corresponding to nt 15511–16034 and nt 5568–6044 of
the mouse mitochondrial genome, by overnight incuba-
tion at 658C in 7% SDS, 0.25M sodium phosphate
pH 7.4. Post-hybridization washes were 1? SSC three
times, followed by 1? SSC, 0.1% SDS twice, each for
20min at 658C. Filters were exposed to X-ray film and
developed after 3–7 days, or exposed to phosphor imaging
plates for quantification of spots of RIs and unit length
fragments (1n), using a TyphoonTMphosphorimager (GE
nt 15286–15318. In the
Single-strand nuclease treatment ofcontrol mouse liver
mtDNA generates linear DNA molecules of ~11kb
To test the idea that replication forks paused in the vicin-
ity of the NCR and OLare fragile, purified liver mtDNA
of normal control mice was treated with single-strand
specific S1 nuclease and the products of the reaction frac-
tionated in 1D on agarose gels. S1 nuclease-treated
mtDNA revealed a doublet not detectable in untreated
samples (Figure 1A–F). The products of S1 nuclease
treatment were very similar to the sub-genomic linear
mtDNAs reported for the POLG mutator mouse (8),
as they covered approximately the region from the NCR
to OL, based on the results of a series of hybridizations
to probes scattered around the mouse mitochondrial
genome (Figure 1A–F). However, the shorter of the two
bands lacked at least some of the NCR, as it was not
detected with a probe spanning nucleotide numbers
Nucleic Acids Research, 2009, Vol. 37,No. 7
15511–16034 (Figure 1D). To improve the resolution of
the S1 nuclease products, mouse liver mtDNA was
first digested with XhoI, which cuts mouse mtDNA
once only at nt 13558. A probe corresponding to nt
14903–15401 of mouse mtDNA revealed a series of
bands of ?2–2.5kb when control mtDNA samples were
treated with S1 nuclease (Figure 1G-ii). On the basis
of their mobility and the probe applied, such fragments
extend from the XhoI site at nt 13558 to positions in
the NCR. Another series of restriction fragments modified
by S1 nuclease treatment mapped near OL(Figure 1G-iii).
These findings corroborate the earlier data from 2D
agarose gels suggesting that mitochondrial replication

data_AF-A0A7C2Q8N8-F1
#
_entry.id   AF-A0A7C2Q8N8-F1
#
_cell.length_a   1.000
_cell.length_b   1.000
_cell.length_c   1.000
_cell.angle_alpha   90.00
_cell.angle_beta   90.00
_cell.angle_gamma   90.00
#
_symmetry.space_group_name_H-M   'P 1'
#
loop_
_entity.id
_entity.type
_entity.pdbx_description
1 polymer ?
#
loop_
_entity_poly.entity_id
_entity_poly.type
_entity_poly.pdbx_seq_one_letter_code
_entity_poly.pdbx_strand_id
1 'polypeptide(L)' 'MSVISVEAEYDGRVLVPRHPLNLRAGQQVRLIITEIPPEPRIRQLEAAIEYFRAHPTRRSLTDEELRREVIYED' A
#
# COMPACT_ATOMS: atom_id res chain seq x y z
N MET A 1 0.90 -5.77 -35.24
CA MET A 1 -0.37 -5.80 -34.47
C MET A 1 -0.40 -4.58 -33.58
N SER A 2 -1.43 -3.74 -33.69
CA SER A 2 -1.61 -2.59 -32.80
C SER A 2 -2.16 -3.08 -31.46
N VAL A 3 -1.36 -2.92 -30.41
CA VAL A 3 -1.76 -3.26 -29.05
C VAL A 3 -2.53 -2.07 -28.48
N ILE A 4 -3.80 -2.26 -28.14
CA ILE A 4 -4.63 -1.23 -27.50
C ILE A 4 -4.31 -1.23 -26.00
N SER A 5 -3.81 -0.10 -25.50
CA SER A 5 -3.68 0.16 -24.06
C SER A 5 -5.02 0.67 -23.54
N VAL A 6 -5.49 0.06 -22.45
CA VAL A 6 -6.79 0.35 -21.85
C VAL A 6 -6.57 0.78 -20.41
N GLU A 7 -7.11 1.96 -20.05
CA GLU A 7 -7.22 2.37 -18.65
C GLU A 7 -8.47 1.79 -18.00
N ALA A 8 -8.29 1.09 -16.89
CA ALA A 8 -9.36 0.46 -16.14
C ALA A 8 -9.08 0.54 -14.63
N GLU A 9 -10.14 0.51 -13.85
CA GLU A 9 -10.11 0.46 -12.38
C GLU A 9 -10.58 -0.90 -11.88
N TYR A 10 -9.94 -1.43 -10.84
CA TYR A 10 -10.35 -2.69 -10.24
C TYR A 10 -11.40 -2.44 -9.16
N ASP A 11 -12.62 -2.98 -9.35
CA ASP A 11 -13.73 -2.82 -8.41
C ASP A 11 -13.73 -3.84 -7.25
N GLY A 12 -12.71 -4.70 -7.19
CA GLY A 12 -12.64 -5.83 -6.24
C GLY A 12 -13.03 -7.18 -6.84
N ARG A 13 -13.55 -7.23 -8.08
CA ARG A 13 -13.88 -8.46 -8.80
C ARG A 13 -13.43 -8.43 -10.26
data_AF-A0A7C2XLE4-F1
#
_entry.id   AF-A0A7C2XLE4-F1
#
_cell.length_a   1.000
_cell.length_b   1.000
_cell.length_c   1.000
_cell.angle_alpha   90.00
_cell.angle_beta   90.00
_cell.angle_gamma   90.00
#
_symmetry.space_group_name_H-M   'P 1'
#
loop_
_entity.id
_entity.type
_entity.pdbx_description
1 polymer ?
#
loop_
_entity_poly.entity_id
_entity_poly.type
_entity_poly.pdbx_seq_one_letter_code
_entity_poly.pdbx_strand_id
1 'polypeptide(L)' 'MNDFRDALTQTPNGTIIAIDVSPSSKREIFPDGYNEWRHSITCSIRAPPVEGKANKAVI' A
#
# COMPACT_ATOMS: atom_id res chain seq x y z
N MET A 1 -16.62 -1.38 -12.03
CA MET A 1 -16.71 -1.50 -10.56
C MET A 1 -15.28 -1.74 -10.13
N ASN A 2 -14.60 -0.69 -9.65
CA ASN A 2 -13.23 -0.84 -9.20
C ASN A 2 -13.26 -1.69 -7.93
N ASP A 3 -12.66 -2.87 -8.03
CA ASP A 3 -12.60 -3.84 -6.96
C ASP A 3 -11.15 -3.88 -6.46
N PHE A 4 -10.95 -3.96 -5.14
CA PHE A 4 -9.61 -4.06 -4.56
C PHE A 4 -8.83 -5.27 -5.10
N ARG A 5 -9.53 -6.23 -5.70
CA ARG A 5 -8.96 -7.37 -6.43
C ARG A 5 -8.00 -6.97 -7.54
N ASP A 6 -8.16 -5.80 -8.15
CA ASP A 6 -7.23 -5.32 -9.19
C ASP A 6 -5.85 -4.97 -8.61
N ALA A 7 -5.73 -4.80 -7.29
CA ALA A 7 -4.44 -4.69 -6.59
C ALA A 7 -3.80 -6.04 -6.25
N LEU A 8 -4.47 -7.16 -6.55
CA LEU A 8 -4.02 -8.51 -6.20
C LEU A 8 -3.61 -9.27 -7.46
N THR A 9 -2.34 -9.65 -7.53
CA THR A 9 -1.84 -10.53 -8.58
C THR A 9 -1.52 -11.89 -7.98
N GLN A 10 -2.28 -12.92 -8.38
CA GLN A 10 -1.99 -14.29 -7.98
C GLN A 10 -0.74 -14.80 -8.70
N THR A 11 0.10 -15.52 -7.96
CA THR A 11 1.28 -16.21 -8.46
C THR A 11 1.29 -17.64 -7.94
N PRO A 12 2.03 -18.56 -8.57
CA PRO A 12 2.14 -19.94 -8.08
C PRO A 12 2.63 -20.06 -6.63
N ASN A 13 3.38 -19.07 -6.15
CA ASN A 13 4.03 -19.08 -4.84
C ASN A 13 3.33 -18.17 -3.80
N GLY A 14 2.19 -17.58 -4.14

pauses in the vicinity of the NCR and OL (12–14).
mtDNA demonstrates that linear mtDNAs can be derived
from replication intermediates, by single-strand nuclease
Mapping and sequencing of the11kblinear fragments
of mouse mtDNA from controland mutator mice
Mitochondrial DNA was prepared from liver mitochon-
driaof mutatormiceand age-matchedcontrols
(littermates) purified on sucrose-gradients and analysed
by 1D-AGE. Restriction digested and undigested mutator
mouse mtDNA yielded bands barely detectable in
controls (Figure 2A and B). The majority of these bands
were shorter than the expected restriction fragment, and
the short XhoI digestion products (3 in Figure 2A) were
similar to those produced in control mice by the combined
XhoI/S1 nuclease treatment (Figure 1G-ii). The fragments
?2.5kb in size were detected by a probe covering
nt 14903–15401 (Figure 2A), but not by probes corre-
sponding to nt 8031–8625 (Figure 2B) or 12605–12963
(not shown), and so they must logically extend from
the XhoI restriction site at nt 13558 to the NCR. S1
nuclease treatment of XhoI digested mutator mouse
mtDNA increased the abundance of the 13558-NCR
fragments (Figure 2C), suggesting that at least some of
them were derivatives of replication intermediates. Gel-
extraction of S1/XhoI digested fragments ?2–2.5kb was
followed by circularization, PCR amplification and
sequencing, to define the junctions. This provided con-
firmation that one end (depicted as red diamonds
in Figure 3B) frequently mapped to the NCR. The S1
nuclease treatment removed only the single-stranded
Figure 1. Linear 11kb fragments of mtDNA are released from control mouse liver mtDNA by single-stranded nuclease treatment. The figure shows
a schematic diagram of a replication intermediate of mammalian mtDNA, where fork arrest has occurred in the NCR and near OL; nicking by S1, or
other, nuclease can in theory release a linear fragment of mtDNA of ?11kb as illustrated. S1 nuclease treatment of Balb C mouse liver mtDNA